Wednesday, January 2, 2013

PRICE DISCRIMINATION - Sounds bad, but can be great for your business and customers

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Price discrimination is the practice of charging different customers different prices, based on their ability or willingness to pay.  In this post we'll go over some examples of price discrimination and how it creates value.


One of my friends encountered this example of price discrimination while on vacation in southeast Asia.  While shopping in a local market, her friend translated and helped her negotiate a purchase with one of the vendors.  They got into a conversation with the seller and learned that the vendors in the market would assess every customer and charge one of three prices for any given item. 

The "local Asian" price was the lowest, the "tourist Asian" price was higher, and the "white tourist" price was the highest.  Vendors were likely assuming that caucasian tourists had the highest willingness or ability to pay, were least familiar with what items should cost, and would be one-time buyers.  On the other end of the spectrum, local customers likely had lower ability to pay, better sense of what things should cost, and could become loyal, repeat buyers.  If they charged only one price, they might be too expensive for local customers and leave money on the table when selling to more affluent tourists.


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Another example that most travelers have encountered is how rental car companies set prices.  Weekday rentals are typically more expensive than rentals that include weekends.  The higher, weekday prices are aimed at business travelers who are not price sensitive because they're expensing the rental cost.

The lower, weekend prices are for vacation travelers who are more price sensitive since they're paying for the car out of their own pockets.  Without price discrimination, vacation travelers might not be able to afford to rent a car or have to pay much more for their car.

But how does the rental car company know which price to charge a traveler?  In this case, they use the rental days can inform their price discrimination.  Their assumption is that business travelers only rent on weekdays - because they head home on the weekends - and vacation travelers often rent during the weekend, when they have off from work.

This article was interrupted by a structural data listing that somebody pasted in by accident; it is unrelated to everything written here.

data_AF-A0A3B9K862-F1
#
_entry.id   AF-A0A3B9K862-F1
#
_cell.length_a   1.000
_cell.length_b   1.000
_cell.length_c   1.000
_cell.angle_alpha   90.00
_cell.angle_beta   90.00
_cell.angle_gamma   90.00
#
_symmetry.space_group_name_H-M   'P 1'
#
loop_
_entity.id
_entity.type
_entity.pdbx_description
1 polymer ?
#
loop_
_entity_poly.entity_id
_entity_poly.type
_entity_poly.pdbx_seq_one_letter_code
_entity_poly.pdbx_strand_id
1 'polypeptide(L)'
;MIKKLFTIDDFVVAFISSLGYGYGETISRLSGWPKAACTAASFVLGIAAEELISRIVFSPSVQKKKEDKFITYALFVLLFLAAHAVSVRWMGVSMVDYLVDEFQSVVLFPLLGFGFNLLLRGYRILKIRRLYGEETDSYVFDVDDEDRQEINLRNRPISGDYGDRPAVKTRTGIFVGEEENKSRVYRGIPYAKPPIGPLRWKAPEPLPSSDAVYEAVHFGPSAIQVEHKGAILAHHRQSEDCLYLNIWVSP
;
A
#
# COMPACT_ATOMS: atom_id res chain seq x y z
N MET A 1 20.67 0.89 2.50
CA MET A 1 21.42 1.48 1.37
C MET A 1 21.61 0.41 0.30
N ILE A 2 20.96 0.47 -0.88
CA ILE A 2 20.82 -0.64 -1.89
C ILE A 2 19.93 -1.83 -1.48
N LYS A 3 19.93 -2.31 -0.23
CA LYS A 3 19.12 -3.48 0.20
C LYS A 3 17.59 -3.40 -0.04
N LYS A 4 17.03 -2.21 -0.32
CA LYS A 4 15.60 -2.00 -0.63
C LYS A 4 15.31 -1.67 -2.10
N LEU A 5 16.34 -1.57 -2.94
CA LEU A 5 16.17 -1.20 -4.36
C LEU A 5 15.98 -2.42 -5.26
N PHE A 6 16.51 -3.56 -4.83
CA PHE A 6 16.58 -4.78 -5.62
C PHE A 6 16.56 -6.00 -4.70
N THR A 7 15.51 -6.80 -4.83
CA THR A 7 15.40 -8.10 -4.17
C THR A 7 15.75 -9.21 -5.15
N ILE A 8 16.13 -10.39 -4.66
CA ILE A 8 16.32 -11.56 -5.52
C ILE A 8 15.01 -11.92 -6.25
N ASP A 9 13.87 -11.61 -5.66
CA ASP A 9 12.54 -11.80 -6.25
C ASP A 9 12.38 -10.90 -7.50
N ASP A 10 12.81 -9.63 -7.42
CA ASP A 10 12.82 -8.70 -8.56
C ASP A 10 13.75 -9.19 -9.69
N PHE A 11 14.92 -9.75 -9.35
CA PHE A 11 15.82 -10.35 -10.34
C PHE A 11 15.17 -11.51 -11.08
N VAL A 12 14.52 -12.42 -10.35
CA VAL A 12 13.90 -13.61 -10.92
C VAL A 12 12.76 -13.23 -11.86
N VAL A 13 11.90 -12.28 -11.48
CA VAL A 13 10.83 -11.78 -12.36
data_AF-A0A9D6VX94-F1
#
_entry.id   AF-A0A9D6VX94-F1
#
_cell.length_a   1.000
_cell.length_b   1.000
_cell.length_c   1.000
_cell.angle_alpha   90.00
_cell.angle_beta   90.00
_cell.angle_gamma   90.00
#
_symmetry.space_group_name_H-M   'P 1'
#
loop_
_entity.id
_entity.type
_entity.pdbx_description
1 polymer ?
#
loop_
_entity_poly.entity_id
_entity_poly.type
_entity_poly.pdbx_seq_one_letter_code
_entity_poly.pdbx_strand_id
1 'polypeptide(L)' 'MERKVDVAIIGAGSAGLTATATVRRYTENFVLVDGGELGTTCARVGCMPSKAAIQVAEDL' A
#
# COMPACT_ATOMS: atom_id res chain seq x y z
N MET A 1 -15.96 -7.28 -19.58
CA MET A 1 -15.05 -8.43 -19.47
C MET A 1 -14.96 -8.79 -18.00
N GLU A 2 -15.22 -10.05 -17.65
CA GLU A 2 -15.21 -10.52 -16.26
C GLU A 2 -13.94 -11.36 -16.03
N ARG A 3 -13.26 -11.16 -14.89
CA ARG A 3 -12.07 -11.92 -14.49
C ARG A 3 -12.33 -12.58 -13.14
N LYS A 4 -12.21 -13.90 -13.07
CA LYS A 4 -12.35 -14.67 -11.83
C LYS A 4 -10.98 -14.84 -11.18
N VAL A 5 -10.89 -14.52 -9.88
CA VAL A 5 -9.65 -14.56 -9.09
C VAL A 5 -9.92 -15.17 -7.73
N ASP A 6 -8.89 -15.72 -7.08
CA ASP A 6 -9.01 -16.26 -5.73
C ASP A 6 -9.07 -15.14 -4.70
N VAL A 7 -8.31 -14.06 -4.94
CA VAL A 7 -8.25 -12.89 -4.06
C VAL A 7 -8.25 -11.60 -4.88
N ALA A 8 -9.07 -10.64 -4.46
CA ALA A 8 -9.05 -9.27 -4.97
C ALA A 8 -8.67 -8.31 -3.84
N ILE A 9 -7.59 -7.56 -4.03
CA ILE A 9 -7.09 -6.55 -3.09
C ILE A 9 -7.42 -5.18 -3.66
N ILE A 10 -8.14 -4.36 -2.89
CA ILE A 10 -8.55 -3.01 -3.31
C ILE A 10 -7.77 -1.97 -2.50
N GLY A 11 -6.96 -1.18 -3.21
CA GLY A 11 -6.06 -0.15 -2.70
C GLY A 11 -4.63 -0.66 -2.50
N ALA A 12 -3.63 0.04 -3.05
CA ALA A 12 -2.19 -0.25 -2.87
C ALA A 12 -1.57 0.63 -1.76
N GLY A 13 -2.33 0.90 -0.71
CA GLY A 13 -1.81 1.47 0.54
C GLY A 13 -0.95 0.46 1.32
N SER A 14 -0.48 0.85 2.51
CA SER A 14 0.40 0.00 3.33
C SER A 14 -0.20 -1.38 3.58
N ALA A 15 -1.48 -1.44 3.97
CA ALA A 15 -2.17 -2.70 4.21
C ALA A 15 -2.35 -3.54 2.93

Other familiar examples are restaurants that have early-bird specials.  In this case, restaurants assume that elderly diners are more price sensitive and willing to - or prefer to - eat earlier in the evening.  In addition  to bringing in customers that might not otherwise dine at the restaurant, it also shift demand to less busy times of the day.


To illustrate how this creates value, let's look at the rental car example.  Let's imagine a greatly simplified rental car market in which there are 100 potential customers - 50 vacation travelers and 50 business travelers.  The vacation travelers only rent on Saturday and Sunday and are willing to pay $20/day for a rental car.  Business travelers are willing to pay $80/day and only rent cars on weekdays.

Let's see how much revenue is generated during one week under some pricing scenarios:

$20/day, every day (no price discrimination)
On the weekend we rent to 50 vacation customers at $20/day for 2 days = $2,000
During the week we rent to 50 business travelers at $20/day for 5 days = $5,000
Total revenue = $7,000

$40/day, every day (no price discrimination)
In this example we'll get more revenue from business travelers, but vacation travelers won't be able to afford to rent...
On the weekend we rent to 0 vacation travelers at $40/day for 2 days = $0
During the week we rent to 50 business travelers at $40/day for 5 days = $10,000
Total revenue = $10,000

But we can still do better by generating revenue from vacation travelers over the weekend.  This is where price discrimination comes in to play:

$20/day on weekends, $40/day during the week (price discrimination)
On the weekend we rent to 50 vacation travelers at $20/day for 2 days = $2,000
During the week we rent to 50 business travelers at $40/day for 5 days = $10,000
Total revenue = $12,000

In this example, price discrimination has increase our revenue by $2,000 or 20%.

Why is this important?

As you can see, price discrimination can generate additional revenue for your business by:
  • Attracting new customers who can't afford your current prices
  • Maximizing value captured from customers willing to pay the more

1 comment:

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